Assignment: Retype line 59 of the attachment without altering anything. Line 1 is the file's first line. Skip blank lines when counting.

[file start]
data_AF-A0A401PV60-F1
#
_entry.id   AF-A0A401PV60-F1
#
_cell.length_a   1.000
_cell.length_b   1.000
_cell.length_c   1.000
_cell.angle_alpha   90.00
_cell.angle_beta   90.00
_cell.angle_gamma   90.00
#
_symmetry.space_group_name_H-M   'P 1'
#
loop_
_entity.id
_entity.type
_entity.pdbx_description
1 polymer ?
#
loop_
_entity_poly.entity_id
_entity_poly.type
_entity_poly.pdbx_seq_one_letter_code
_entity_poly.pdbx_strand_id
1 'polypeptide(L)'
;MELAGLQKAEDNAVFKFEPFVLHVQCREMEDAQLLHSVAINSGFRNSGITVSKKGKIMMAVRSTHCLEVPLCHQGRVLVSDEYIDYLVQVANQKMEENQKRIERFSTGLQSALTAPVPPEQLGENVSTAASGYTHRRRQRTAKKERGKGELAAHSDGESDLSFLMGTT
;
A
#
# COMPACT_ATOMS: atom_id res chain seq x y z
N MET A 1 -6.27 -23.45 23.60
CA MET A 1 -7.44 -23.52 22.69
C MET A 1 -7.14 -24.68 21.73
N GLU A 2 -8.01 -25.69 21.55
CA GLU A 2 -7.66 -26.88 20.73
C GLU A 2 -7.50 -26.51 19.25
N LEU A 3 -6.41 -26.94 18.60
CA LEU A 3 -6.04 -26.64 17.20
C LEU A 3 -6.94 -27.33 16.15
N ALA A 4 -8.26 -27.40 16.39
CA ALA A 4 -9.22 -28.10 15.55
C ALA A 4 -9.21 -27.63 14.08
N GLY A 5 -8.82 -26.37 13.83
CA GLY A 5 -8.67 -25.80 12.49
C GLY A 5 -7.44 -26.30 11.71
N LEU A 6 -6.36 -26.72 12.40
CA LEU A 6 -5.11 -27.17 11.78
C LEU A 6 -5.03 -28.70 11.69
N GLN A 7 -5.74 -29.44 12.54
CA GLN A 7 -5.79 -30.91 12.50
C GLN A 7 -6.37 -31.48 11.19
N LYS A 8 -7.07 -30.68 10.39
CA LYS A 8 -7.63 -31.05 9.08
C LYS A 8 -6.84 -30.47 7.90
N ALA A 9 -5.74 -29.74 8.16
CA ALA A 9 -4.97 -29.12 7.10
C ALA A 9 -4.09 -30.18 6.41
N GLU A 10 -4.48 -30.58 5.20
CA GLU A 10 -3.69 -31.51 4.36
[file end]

CA GLU A 10 -3.69 -31.51 4.36